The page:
Grin and Wear It

Wearable computers will get sleeker, cheaper and more functional. But social issues will intrude.

Wearable computers already play a part in our lives and will grow increasingly commonplace and sophisticated, but researchers believe we are still far from becoming a society of cyborgs.

Today, it isn't unusual to see data-capable cell phones worn on belts and attached by wires to headsets. Service technicians are beginning to wear ruggedized computers on their wrists, hips or chests connected to head-mounted displays (HMD) with small viewing windows capable of showing detailed Web pages with maps and parts diagrams. Voice recognition capability helps with data input and computing commands.

Coming generations of wearables will be enhanced by the miniaturization of parts, a greater sense of fashion and use of Bluetooth and other wireless technologies to replace the wires that connect components, some experts say. Nanotechnology will also play a role in wearables in the next 10 years, making computing and communications systems microscopic in size.

But the limits on these future wearable technologies are primarily social, some analysts believe, posing potential challenges for managers who may have to cope with workers who reject being constantly connected to data and commands.

By 2006, "the social impact of wireless and wearables - in particular, privacy issues - will be an ongoing source of concern and business opportunity," says Jackie Fenn, an analyst at Gartner Inc. in Stamford, Conn.

Above is another example of wearable computing devices for service personnel.
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Above is another example of wearable computing devices for service personnel.
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Gartner predicts that from 2006 to 2011, always-on wireless wearable computing and communication devices will become mainstream. About 60% of the European and U.S. populations ages 15 to 50 will wear a wireless communications/computing device at least six hours a day in 2007, and 75% will do so in 2010, Gartner says.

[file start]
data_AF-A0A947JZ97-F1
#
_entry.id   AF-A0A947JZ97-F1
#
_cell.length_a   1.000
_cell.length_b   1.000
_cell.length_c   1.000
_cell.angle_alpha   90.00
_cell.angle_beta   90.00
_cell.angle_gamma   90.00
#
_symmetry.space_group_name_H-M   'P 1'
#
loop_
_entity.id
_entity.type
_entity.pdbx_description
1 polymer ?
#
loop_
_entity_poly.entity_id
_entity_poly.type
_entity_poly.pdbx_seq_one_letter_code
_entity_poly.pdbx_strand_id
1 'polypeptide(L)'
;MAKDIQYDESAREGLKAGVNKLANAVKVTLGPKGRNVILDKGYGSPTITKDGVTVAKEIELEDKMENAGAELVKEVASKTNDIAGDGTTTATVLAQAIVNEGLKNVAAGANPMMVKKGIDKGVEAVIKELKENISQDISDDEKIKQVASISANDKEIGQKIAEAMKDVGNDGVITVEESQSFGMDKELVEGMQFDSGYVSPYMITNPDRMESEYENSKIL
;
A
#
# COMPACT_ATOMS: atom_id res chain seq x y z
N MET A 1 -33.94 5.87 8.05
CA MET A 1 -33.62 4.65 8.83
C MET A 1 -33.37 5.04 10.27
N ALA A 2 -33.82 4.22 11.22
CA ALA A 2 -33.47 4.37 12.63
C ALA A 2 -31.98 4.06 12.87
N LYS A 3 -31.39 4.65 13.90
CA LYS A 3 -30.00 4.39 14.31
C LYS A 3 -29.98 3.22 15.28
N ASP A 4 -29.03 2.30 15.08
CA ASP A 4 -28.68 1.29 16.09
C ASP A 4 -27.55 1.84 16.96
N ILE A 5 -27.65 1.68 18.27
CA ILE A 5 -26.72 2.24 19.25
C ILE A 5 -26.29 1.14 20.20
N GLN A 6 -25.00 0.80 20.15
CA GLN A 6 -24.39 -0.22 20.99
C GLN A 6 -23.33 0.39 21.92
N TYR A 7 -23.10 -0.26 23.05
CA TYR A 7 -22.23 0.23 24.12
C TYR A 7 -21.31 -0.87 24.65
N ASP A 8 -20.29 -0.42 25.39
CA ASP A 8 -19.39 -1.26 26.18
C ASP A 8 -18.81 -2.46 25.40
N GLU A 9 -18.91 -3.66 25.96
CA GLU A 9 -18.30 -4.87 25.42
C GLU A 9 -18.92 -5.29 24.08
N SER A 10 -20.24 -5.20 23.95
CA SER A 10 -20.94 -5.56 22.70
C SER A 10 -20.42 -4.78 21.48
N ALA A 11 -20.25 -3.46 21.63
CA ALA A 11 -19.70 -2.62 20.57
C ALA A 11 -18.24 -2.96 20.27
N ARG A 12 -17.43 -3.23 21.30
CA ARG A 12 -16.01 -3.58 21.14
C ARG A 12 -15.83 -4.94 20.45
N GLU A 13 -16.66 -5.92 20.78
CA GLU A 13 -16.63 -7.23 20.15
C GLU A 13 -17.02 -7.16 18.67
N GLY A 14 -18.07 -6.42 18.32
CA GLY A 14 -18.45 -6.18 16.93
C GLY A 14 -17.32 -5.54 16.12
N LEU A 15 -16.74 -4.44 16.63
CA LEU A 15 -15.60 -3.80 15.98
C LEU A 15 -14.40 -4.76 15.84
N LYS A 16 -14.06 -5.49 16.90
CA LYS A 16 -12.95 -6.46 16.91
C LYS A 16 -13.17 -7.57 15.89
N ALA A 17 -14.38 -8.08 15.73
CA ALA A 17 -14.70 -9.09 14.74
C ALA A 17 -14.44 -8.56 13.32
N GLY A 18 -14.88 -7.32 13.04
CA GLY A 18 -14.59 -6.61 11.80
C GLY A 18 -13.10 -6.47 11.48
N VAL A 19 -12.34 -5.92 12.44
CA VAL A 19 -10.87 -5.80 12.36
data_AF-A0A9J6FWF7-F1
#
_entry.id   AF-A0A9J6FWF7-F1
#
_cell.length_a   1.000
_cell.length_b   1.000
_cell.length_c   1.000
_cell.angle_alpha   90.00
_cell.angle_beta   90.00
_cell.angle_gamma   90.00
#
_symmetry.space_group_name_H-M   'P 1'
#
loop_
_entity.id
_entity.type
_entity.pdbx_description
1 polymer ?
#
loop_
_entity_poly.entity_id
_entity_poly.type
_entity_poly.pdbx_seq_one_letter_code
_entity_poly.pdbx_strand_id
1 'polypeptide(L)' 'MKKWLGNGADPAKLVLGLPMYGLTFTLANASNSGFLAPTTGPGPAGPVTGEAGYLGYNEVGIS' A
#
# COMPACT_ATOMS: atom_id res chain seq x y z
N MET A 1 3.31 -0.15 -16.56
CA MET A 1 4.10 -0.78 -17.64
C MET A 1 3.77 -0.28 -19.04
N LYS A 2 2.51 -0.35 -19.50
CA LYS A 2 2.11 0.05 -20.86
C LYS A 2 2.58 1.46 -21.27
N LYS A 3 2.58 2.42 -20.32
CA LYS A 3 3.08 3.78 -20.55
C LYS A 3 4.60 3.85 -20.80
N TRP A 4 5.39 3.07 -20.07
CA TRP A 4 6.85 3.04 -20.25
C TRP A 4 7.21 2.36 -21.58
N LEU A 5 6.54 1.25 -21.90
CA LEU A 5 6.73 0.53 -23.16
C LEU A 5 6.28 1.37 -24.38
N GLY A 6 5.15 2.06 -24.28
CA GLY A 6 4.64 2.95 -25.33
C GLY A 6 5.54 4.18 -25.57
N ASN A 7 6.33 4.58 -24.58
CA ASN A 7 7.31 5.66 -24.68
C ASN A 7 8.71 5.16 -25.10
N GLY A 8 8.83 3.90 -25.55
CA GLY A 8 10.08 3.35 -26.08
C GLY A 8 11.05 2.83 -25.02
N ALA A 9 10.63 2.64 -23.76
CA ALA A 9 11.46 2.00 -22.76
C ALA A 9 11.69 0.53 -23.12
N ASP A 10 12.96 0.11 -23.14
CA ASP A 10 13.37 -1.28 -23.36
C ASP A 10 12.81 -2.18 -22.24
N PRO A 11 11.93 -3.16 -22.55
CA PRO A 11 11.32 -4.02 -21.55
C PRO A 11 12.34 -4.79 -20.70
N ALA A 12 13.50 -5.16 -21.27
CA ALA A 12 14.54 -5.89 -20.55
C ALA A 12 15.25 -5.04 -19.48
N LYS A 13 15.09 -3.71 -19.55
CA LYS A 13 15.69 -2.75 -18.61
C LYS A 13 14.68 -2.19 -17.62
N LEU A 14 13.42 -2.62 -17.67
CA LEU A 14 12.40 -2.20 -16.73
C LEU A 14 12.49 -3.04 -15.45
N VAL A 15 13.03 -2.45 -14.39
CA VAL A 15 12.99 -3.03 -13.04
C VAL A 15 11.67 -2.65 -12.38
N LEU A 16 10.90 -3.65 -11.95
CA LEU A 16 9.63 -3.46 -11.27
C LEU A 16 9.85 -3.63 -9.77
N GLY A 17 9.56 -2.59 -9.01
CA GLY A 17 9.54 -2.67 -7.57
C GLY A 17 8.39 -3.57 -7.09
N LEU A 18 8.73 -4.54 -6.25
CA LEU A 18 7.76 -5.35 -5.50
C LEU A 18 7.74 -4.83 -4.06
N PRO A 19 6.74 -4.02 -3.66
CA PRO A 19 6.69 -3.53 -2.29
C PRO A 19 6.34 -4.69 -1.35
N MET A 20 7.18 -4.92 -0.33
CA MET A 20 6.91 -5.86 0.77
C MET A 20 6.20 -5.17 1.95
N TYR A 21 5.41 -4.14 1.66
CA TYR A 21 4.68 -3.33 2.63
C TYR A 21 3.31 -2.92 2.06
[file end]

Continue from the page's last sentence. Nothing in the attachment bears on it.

Addressing Style and Comfort

Researchers have no shortage of wearable computing prototypes under way. Xybernaut Corp. in Fairfax, Va., sells a wearable computer for service personnel. One model boasts a 500-MHz Celeron processor with 256MB of RAM and 5GB of storage, all worn on the belt or chest and connected to an HMD. Xybernaut spokesman Mike Binko says that users such as commuter train riders will find a sleek consumer version, such as Xybernaut's $1,499 Poma, a good way to read documents in privacy.

At Foster-Miller Inc. in Waltham, Mass., which is conducting research on wearable technology, there's an emphasis on "deconstructing" the wearable computer, says Douglas Thomson, business development manager. "Instead of having boxes spread about the body, we want to distribute the technology more by integrating components into the cloth," he says. Such integrated components could help airplane mechanics move about more easily and fit into smaller spaces, for example. And silver or gold wires woven into fabrics could make a vest or coat look fashionable.

In three years, it will be possible for the clothing itself to be a network, allowing a worker to move a component from a hip to the chest, depending on ergonomic preference, experts say. Or multifunction modules that aren't normally part of the wearable suit could be added, such as language translation or chemical detection components for public safety officers, Thomson says. Rechargeable battery belts could provide the power required by faster processors and stronger radios.

The Media Laboratory at MIT has a variety of projects involving wearable communications gear under way, including MIThrill, a "body bus" in a Smart Vest that's designed to be indistinguishable from ordinary clothing.

MIT has been selected to receive $50 million in basic research funds from the U.S. Army for the Institute of Soldier Nanotechnologies. Nanotechnology research might lead to individual clothing fibers designed to carry electrical loads and function as transistors, capacitors or power sources, says William Mullins, chief of synthesis and processing for the Research Triangle Park, N.C.-based U.S. Army Research Office.

Mullins and analysts agree that the physical implantation of devices is very far off. But in the shorter term, Gartner's Fenn worries about what will happen if office workers are so constantly connected through wearables that the work/leisure boundary is blurred. Managers might well expect workers to access data at any hour and on weekends, she says.

But, she asks, wouldn't that require the manager in turn to consider allowing the worker to shop online or do some leisure reading on a wearable device during traditional work hours?

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Copyright © 2002 IDG Communications, Inc.

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